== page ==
He didn’t realize that he was turning me into a robot. And robots don’t have hearts, they can’t love another let alone loving themselves. They just exist. And that’s exactly what I was doing. Just barely existing.
My last day in Melbourne: I have been crying incessantly. Wishing I could run out into the open and be able to breathe. I feel trapped, this is not what I envisioned married life to be. Constantly living in fear is not living at all. And I want to live. I am as much human as anyone else, being at peace emotionally and mentally is my right just as anyone else’s. My life means I get to call the shots. I’m not a victim. I’m a survivor and I will survive. I have given it my all and I have nothing left to give. My hands are empty so is my soul. My heart lost. Do I really want to live like this for the rest of my life? In fear of abandonment, in fear of isolation, by getting kicked in the knees (metaphorically) when he needs to feel “man enough”, superior, or needs to feed his ego? My answer was no. For the first time in 3 years, I stood up for myself, I walked out of this marriage.
So to every woman struggling, every woman stuck in an abusive marriage, ask yourselves. Do you really want to live a life like that? Do you really think there’s nothing more to you? Because honey, there is a lot more to you than this, you deserve better, you deserve to be at peace, you deserve to be happy, you deserve everything that your abusive partner takes away from you and most of all, you deserve the freedom to be yourself. Don’t let him cut your wings, because he won’t let you fly and you don’t belong on the ground. Darling, you belong in the sky. You are strong! And as intimidating as life on the other side may seem, trust me, it’s a hundred times better. So gather your courage, pick yourself up, rise, and leave. If you’re strong enough to tolerate abuse, you’re strong enough to walk out. You will heal, just as I have. You will live life to the fullest, just as I am, you will find happiness again, just as I have, and every minute of happiness is worth it. You have yourself, and you are enough.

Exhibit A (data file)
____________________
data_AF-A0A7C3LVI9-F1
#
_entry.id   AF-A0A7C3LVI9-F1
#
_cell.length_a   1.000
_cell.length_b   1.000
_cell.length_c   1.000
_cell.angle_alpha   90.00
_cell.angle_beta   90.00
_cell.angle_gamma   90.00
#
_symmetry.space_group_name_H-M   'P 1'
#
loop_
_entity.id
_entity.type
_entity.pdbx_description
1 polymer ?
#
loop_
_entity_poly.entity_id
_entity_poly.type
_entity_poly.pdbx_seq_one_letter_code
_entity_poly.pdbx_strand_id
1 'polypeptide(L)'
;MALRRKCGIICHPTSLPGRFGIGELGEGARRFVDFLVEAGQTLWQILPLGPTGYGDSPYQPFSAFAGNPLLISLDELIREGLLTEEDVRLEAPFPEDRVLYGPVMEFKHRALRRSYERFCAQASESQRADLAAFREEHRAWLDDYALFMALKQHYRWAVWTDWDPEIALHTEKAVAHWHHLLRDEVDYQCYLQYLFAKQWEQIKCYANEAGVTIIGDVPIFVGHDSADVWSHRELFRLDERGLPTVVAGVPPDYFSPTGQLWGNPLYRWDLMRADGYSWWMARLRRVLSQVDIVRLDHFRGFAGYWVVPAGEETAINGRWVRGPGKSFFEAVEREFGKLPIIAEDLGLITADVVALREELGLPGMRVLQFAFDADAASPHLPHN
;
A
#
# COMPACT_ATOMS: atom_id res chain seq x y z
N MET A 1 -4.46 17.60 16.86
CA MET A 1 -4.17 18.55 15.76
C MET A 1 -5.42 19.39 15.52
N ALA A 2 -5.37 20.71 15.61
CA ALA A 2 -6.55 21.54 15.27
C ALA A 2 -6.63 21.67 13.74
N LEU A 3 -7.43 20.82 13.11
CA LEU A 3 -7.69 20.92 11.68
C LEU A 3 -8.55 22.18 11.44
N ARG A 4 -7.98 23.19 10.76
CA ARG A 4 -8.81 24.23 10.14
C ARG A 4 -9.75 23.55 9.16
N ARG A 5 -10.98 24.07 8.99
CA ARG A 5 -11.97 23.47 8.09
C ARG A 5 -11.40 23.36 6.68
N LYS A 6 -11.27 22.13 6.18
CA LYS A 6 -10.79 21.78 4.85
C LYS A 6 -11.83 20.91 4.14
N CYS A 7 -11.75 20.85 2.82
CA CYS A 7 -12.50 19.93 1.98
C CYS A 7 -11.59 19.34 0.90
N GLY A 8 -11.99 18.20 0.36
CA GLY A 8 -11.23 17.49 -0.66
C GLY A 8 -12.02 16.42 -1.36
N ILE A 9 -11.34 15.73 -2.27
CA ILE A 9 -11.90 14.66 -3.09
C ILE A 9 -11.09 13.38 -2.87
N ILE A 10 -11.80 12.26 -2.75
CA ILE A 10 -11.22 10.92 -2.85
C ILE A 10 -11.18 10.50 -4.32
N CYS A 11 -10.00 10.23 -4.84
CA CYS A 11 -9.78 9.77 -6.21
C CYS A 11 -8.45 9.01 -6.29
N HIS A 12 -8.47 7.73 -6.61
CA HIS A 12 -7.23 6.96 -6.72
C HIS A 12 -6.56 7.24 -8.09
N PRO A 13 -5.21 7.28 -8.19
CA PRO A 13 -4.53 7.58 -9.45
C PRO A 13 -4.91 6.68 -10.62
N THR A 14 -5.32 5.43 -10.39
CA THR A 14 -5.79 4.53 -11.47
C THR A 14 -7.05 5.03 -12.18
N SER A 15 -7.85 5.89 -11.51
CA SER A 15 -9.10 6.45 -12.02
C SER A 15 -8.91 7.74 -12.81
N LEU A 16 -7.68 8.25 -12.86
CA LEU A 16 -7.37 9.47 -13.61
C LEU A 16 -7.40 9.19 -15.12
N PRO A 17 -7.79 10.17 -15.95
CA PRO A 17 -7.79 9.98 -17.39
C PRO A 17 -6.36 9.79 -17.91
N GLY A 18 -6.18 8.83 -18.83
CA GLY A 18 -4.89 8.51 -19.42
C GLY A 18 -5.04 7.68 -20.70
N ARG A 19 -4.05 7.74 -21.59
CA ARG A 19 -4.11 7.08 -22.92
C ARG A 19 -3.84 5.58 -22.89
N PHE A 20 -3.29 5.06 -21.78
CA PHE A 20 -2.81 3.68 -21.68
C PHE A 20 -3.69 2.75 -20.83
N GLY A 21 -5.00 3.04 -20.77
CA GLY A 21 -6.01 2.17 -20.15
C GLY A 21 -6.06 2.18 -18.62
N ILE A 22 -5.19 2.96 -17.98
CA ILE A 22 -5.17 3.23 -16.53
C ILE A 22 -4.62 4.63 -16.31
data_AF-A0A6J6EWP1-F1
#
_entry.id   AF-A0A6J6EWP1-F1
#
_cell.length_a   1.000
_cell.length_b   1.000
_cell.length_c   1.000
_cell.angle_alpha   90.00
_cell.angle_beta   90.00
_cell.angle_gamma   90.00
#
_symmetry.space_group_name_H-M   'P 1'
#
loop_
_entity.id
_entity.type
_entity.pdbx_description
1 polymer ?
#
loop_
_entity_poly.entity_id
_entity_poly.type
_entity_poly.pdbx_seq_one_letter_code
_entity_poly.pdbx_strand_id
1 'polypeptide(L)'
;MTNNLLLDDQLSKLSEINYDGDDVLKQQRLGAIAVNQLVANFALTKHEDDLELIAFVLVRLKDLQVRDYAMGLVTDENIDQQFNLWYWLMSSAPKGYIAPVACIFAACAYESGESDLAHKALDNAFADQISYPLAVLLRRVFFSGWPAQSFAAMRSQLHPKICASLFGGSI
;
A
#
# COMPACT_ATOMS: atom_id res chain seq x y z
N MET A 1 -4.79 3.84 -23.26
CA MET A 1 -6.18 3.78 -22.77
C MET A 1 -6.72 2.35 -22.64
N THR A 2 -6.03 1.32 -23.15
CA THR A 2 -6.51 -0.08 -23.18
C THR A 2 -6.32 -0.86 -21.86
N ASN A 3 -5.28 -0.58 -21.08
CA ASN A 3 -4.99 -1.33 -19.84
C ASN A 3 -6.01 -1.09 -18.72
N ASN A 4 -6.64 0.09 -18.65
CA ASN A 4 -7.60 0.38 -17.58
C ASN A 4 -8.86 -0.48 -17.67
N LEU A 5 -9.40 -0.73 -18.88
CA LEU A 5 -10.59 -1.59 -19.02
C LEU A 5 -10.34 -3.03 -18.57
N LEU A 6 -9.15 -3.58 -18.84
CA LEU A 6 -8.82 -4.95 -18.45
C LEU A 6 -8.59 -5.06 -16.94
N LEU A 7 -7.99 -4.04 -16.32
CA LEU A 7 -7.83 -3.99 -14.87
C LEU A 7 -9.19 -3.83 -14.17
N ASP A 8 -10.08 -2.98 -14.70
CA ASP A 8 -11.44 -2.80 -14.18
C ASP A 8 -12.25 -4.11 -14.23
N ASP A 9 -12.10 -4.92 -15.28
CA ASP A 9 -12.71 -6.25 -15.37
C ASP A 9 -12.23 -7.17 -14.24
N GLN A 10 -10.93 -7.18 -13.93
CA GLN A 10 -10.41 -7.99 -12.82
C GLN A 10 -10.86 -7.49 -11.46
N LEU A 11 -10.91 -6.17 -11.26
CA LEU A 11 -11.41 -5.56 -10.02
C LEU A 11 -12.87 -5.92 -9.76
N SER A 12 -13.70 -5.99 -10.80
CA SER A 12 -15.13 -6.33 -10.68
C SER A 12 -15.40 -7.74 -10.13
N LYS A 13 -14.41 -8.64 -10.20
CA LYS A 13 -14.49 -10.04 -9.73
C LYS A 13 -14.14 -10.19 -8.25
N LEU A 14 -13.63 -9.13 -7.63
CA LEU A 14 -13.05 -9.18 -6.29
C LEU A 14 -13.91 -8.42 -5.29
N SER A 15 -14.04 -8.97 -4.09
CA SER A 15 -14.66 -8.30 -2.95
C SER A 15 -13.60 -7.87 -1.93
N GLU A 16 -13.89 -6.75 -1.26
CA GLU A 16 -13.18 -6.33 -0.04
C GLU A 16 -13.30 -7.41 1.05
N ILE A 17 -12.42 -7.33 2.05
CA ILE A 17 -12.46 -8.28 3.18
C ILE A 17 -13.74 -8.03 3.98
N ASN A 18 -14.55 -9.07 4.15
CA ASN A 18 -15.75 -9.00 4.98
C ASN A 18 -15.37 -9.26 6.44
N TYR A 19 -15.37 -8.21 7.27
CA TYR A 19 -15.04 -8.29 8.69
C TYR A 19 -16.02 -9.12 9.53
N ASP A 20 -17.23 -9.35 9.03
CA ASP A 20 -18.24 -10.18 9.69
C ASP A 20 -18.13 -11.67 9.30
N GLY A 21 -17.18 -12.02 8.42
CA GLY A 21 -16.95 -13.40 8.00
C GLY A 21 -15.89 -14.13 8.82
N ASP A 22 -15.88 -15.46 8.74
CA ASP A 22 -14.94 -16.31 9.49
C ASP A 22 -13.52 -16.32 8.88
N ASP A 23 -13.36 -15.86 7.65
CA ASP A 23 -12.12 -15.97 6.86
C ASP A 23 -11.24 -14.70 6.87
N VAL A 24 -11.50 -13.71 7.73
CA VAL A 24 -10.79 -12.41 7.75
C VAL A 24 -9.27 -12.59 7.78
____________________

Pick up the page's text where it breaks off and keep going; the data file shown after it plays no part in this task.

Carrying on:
Submitted by Rabia Shaikh